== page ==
While I’m sure we all love the fantastic battles of Dragon Ball, DBU is, at its heart, a role playing game. There are plenty of things you should be doing outside of Combat Encounters and this section of the ARC Guide exists to help facilitate those all-important non-combat role playing sessions.


Below is a set of advice on how to use the various mechanics of the DBU system outside of a Combat Encounter. As always, these are mere suggestions from our experience with this system. An ARC may feel free to ignore these entirely and run it how they will, but we hope that these suggestions will, at the very least, spark ideas on how an ARC would like to run a DBU campaign.


Outside of a Combat Encounter, it’s generally believed that Skills are king. For most encounters, you will be using Skills in response to situations that require them. You may be asked to use Athletics to lift up a giant boulder (Easy), Acrobatics to put on a stunning display of movement to wow a disinterested crowd (Medium), or perhaps Knowledge (Biology) to become aware of Blutz Waves, their effects on Saiyans, and how that could perhaps lead a Super Saiyan to an even greater power (Hard).

A general suggestion regarding Skill Checks is to not inform the players of the Difficulty Category, as certain characters with particularly high Skill Ranks in said Skill may opt to try and ‘take over’ for a Skill Check, undermining the other player’s attempt. Of course, after a failure, they can do this anyways but generally you should allow even characters with a low Skill Rank to attempt a Skill Check by their in-character actions, as they could always score a Critical Result.

Difficulty TNs. It can be a little hard to understand what Difficulty Category you would give to some Skill Checks outside of a Combat Encounter. The easiest way to look at it is this: the category names, such as ‘Very Easy’, ‘Easy’, ‘Medium’, ‘Hard’, etc… Are from the perspective of a character with at least 3 Skill Ranks in that respective Skill and at least some major commitment to the respective Attribute. This is a scale designated for the intense highs and lows of Dragon Ball, both in power and shows of skill (such as multiple characters being able to create machinery that influences the flow of time in one way or another) and as such, you should generally be rather liberal with how effective certain Skill Checks are – especially for any Skill Checks that do not use Scholarship, Insight or Personality as their main Attribute.

Of course, it is ultimately up to your ARC to decide what Difficulty Category each Skill Check should be based on the scale of their campaign and what they would like each character to be capable of, but for a general idea, here are some examples we think may help:

  • Athletics to lift up a boulder the size of a house (Easy).
  • Perception to hear a distant voice (Medium).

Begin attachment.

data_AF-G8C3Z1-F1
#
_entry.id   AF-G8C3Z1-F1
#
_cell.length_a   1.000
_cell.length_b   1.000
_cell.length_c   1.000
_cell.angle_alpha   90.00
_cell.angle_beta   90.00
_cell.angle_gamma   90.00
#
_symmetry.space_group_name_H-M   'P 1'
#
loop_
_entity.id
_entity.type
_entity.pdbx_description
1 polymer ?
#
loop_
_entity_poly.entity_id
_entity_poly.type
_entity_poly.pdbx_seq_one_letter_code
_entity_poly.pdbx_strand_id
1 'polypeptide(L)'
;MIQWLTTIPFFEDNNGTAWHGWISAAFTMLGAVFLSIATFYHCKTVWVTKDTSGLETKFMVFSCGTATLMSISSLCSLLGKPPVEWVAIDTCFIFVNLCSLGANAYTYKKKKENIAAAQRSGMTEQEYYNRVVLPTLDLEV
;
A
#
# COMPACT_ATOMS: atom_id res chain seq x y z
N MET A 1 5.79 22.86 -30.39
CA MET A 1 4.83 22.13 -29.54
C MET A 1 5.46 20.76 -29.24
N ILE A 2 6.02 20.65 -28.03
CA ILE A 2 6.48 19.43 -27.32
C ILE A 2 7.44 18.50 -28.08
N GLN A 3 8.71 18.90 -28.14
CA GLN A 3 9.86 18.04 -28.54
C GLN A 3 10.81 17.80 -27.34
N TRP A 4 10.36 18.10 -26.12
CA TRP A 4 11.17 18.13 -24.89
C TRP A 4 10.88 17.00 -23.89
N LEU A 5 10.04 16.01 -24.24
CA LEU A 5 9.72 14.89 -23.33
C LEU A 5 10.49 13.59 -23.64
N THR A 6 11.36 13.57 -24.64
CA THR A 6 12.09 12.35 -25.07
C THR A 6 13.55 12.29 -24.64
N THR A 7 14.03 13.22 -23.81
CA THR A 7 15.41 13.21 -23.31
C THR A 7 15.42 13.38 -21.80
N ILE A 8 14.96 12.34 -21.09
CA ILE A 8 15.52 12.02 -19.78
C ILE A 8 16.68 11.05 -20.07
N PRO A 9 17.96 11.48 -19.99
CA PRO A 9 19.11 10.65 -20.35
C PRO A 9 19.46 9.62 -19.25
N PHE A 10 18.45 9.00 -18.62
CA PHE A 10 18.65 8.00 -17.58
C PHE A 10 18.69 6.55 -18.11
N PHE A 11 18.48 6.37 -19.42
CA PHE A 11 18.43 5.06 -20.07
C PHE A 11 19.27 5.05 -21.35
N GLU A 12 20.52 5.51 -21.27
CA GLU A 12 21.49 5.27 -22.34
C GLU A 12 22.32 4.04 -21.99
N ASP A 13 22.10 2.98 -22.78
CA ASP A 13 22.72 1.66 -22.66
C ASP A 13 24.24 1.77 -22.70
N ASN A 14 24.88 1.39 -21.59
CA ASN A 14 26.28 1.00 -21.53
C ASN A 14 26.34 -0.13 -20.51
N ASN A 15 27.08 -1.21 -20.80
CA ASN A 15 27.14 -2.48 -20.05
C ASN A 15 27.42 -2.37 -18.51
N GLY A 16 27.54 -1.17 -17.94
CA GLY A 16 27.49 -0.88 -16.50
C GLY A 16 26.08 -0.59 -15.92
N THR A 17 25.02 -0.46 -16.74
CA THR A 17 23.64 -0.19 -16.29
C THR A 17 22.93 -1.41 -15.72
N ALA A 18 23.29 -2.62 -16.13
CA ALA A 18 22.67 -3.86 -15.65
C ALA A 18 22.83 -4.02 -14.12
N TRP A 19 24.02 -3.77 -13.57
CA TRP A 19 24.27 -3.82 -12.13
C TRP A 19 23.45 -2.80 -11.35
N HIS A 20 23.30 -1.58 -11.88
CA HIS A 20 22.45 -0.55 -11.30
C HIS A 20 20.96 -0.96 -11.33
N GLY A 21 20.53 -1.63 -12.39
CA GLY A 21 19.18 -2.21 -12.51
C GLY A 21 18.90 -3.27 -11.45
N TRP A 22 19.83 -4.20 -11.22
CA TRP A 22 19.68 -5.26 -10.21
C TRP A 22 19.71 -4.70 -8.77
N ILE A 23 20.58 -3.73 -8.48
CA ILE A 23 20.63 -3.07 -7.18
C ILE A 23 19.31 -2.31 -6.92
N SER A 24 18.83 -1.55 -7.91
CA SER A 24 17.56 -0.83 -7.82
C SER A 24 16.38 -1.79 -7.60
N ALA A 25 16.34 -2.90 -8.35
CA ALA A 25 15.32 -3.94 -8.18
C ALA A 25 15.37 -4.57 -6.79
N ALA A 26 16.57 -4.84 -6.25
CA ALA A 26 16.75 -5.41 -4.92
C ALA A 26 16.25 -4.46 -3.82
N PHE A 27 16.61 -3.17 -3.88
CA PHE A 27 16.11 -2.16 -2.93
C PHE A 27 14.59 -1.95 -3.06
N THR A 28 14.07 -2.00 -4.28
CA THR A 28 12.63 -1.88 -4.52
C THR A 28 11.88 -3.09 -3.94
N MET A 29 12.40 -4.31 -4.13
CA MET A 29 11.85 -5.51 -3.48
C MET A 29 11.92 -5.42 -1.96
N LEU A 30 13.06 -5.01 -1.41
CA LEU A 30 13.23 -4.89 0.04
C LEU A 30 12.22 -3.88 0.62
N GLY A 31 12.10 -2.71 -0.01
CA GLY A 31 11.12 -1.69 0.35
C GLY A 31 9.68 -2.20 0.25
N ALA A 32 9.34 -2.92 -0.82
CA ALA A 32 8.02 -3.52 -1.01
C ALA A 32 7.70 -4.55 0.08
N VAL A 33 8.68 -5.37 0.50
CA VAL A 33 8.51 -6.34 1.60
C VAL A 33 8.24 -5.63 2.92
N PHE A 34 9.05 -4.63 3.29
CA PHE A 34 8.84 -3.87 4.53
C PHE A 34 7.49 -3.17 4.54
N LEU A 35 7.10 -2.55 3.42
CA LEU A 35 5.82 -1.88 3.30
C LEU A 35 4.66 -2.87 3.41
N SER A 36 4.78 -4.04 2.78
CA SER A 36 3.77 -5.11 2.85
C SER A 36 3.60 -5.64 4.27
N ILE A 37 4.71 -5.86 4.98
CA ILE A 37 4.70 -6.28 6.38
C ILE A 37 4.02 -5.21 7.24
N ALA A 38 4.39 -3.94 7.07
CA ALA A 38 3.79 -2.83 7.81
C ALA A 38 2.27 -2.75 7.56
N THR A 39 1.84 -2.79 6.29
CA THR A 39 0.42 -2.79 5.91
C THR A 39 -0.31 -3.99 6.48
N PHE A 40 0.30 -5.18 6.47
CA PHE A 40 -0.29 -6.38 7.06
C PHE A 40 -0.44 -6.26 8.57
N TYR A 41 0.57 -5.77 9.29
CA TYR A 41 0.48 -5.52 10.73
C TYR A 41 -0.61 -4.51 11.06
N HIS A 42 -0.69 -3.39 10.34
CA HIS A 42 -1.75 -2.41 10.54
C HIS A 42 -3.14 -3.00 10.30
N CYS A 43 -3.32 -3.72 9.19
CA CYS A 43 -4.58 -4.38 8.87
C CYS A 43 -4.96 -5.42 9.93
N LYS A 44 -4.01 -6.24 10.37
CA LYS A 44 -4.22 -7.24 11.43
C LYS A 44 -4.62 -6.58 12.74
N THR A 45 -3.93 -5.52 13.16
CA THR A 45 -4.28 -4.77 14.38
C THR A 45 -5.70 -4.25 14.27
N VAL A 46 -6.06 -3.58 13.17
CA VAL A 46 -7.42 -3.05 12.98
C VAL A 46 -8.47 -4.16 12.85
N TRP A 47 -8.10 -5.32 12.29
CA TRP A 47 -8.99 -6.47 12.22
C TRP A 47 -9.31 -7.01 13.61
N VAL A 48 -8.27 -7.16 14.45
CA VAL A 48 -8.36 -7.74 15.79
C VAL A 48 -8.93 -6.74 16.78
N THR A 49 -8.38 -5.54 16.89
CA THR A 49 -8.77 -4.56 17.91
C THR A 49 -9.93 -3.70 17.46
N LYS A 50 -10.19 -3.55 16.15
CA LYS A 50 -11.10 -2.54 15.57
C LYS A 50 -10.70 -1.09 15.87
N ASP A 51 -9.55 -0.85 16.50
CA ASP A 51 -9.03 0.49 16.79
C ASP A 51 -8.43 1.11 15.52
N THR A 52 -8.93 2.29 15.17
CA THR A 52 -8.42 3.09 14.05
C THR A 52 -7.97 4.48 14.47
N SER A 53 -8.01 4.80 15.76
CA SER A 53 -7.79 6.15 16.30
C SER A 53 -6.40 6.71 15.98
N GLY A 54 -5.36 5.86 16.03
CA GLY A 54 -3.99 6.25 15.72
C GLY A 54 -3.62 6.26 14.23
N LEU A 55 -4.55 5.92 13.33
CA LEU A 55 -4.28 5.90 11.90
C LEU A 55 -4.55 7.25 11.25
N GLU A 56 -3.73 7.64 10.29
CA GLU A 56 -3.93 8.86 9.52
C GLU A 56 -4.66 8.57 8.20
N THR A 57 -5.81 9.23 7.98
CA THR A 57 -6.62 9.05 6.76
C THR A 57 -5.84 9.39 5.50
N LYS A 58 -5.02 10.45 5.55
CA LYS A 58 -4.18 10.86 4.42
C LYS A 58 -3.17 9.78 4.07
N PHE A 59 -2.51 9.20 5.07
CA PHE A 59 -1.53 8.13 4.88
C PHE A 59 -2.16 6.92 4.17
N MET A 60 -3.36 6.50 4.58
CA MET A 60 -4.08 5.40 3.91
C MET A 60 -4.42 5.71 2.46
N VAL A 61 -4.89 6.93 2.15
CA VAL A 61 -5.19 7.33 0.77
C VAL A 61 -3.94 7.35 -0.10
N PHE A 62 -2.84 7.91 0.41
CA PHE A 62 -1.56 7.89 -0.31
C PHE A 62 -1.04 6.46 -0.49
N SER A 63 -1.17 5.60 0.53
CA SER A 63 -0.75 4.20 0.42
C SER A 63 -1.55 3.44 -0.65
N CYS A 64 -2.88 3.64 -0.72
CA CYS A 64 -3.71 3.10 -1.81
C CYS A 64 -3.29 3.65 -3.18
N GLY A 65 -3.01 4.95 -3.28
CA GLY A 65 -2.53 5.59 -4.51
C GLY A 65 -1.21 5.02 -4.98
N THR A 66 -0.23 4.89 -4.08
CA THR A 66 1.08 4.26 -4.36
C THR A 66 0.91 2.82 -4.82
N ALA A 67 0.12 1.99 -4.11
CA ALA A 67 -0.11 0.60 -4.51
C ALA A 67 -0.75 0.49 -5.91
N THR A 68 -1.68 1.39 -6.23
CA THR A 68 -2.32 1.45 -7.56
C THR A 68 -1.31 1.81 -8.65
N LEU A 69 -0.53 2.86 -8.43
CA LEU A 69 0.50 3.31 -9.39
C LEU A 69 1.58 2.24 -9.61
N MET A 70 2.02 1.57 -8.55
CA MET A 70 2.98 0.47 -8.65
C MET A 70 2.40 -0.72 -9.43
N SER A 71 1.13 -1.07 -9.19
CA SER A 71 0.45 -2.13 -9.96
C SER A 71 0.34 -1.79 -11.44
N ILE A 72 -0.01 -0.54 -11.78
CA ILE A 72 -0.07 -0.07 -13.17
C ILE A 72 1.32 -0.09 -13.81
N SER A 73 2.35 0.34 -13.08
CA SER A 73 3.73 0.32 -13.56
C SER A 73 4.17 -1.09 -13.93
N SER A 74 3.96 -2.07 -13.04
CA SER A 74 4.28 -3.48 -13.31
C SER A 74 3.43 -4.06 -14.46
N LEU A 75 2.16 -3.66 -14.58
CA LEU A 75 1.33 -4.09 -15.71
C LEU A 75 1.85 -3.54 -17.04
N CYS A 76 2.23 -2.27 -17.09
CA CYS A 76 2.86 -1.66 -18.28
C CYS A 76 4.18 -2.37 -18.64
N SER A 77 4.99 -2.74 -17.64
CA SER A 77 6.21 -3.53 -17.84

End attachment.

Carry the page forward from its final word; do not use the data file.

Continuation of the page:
• Profession (Farming) or Athletics to till farmland (Medium), this could become (Easy) or (Very Easy) if a character has something that could make it easier – such as the Four Witches Technique or being of the Enormous Size Category.
  • An Intimidation Check to stop a mob of ‘heroes’ from attacking you (Hard), though it may become (Easy) if you’ve already shown your excessive strength through eliminating one of them.
  • An Athletics Check to represent running a great distance without losing stamina (Easy), though if it’s for a great distance like Snake-Way, perhaps it could be a Scaling Skill Check (see below) to mark how much distance was covered.
  • A Piloting Skill Check to take a Spaceship through a group of comets for more expedited travel, or to escape a threat (anywhere from Medium to Very Hard, depending on how dangerous you want the route to be).
  • A Clairvoyance Skill Check to read the deep intricacies of a character’s Alignment, even over a huge distance (Very Hard).
  • A Stealth Skill Check to attempt and sneak by distracted guards (Easy), perhaps even (Very Easy) if there’s cover.
  • A Knowledge Skill Check to remember something about your chosen topic (Easy), though if it’s something very niche that only few people could know then it may perhaps be (Hard).
  • A Creature Handling Skill Check to tame a dinosaur would be (Hard), though if you’ve proven your physical superiority in some manner or another, then it could be dropped down to (Easy).

In essence, don’t be afraid to make Skill Checks something that may be very hard for the players to beat every now and then (though it should generally be a rare circumstance), but allow them to reduce their Difficulty Category by using their role play to better their circumstances. As the last example showed, a dinosaur is a fearsome creature who, in the Dragon Ball world, would typically be an apex predator. Taming one would not be easy, yet a comical show of strength establishing the player as a more dominant and fearsome entity could make the creature more submissive out of a survival instinct! Or, just because it’s funny. As long as it fits your campaign, don’t be scared of adding in some laughs here and there (as long as it’s something you think your players will actively enjoy).

Scaling Skill Checks. Sometimes, a Skill Check isn’t exactly ‘pass/fail’. You might be using Knowledge or Investigation to try and gain information on a runaway Bio-Android or trying to use Persuasion to help drag a bunch of unruly Saiyans into your plan to storm a tyrant’s ship. These situations are not ‘all or nothing’, you may find out some small pieces of information to help inform you on your next move but miss out on some others, or only gain a small following of Saiyans rather than gain all of them or none of them. For Skill Checks like this, do not set a typical Difficulty Category but instead allow for varying degrees of success based on which Difficulty Categories were exceeded by the Skill Check.